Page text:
When we arrived at the obsolete railway station yesterday morning it was still raining, despite the forecast explicitly stating that any rain would have cleared into the North Sea by 10 am. The usual Mistle Thrush was absent, but there was the gentle singing of Song Thrush, which everyone managed to see, whilst 2 Wrens violently duetted at either side.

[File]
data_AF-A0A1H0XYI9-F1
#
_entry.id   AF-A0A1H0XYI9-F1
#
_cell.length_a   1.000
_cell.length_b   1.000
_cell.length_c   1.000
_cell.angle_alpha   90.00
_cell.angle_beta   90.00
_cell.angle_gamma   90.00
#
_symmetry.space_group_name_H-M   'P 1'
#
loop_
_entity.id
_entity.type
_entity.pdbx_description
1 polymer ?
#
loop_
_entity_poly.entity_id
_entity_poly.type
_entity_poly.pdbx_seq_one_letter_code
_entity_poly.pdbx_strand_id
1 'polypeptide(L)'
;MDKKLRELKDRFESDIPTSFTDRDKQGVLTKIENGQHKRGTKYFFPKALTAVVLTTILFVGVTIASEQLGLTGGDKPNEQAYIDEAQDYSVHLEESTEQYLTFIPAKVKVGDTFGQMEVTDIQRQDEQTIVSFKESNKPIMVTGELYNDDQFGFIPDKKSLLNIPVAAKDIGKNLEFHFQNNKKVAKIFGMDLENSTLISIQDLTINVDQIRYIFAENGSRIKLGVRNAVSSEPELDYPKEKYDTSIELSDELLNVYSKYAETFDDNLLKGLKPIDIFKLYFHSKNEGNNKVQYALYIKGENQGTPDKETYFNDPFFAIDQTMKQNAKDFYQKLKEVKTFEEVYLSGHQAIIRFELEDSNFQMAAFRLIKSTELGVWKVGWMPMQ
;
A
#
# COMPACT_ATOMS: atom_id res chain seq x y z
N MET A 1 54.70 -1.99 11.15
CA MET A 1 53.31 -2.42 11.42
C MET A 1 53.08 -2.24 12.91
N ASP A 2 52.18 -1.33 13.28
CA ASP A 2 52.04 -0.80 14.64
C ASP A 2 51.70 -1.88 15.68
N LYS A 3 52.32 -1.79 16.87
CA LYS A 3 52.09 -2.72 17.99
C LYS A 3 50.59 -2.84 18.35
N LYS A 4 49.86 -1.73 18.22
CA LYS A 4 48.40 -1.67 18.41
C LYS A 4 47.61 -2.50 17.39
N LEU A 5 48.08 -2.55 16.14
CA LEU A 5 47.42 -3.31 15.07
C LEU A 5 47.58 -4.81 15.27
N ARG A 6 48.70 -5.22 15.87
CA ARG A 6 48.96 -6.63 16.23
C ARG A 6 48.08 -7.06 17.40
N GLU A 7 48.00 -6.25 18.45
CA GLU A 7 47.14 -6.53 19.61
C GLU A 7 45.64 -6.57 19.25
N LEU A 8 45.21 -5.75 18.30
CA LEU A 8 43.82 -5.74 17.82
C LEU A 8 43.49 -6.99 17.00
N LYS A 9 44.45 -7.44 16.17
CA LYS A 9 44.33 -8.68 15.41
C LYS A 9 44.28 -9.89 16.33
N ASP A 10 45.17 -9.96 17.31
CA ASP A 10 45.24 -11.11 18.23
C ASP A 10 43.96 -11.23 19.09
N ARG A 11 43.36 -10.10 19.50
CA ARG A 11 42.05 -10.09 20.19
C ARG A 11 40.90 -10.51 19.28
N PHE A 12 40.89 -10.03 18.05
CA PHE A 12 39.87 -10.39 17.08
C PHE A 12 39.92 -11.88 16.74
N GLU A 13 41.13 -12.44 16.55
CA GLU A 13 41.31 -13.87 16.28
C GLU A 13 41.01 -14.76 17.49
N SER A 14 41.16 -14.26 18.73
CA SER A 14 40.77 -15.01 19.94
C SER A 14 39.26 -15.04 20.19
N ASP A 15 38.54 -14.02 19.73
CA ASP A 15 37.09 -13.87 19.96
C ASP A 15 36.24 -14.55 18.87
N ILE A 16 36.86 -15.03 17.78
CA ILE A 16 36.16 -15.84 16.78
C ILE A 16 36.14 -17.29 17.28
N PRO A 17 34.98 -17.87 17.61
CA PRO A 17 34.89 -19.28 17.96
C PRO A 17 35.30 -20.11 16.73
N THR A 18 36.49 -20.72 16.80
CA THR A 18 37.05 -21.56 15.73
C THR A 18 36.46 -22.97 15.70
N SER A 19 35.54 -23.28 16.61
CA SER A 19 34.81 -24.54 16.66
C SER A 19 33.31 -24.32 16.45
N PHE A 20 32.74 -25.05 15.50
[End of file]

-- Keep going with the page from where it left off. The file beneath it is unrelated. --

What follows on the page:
Red KiteWe'd travelled a few hundred yards when I heard the 'Zip' calls of Yellowhammer, and we managed to locate those too. Both the song Thrushes & the Yellowhammers had disappeared by the afternoon. We followed the path down, then crossed the road & climbed up to an escarpment. Here, there was actually a singing Yellowhammer, plus plenty of finches including mainly Chaffinches, but also a few Goldfinches, and a single Greenfinch. In the afternoon all these small passerines had departed, to be replaced by a Red Kite & a Buzzard hanging around the Rabbit warren. These rabbits are under siege, because in the morning a Stoat's head popped up out of the rabbit hole, scattering 2 adult rabbits. A Leeser Black-Backed Gull headed south overhead.YellowhammerYellowhammerWe hadn't gone much further when both groups encountered a pair of Bulfinches. In the morning the make was busy preening his rump, but in the afternoon the pair were indulging in the rarely seen courtship display. Only one other group has witnessed this in 10 years of the classes. You can see the results of that here:GreenfinchWe carried on, and the bushes seemed very quiet for a while, with just a Buzzard briefly visible from the defile in which we walked. As we neared a railway bridge we encountered another flock of mixed finches. At first they all appeared to be Chaffinches, but then a male Greenfinch was glimpsed and then finally a pair of female Bramblings were seen. These were quite well hidden, and not everyone could see them properly. They were still present in the afternoon, and one just happened to sit in the sun for a while, although it was almost completely obscured by twigs. However, in the end every participant was able to observe that it was very different from the female Chaffinches nearby.Record Shot of BramblingRecord Shot of BramblingThere were more Bullfinches around, but we tended to only obtain brief, almost always obscured views. A little further on we disturbed a pair of Sparrowhawks. The male headed east along the hedge, while the female cut across the open field in a westerly direction. We reached a rickety looking railway bridge and from here the morning group watched a pair of Goldcrests. In the afternoon all this activity had ceased, but a Marsh Tit was heard in this area. Both groups looked into a field to the north, and saw a single Red-legged Partridge.Red KiteDittoGoldcrestGoldcrestRed-legged PartridgeGoldcrestGoldcrestOn the return journey both groups saw a pair of Long-tailed Tits, and enjoyed better views of the Bullfinches. The morning groups had another sighting of a pair of confiding Goldcrests.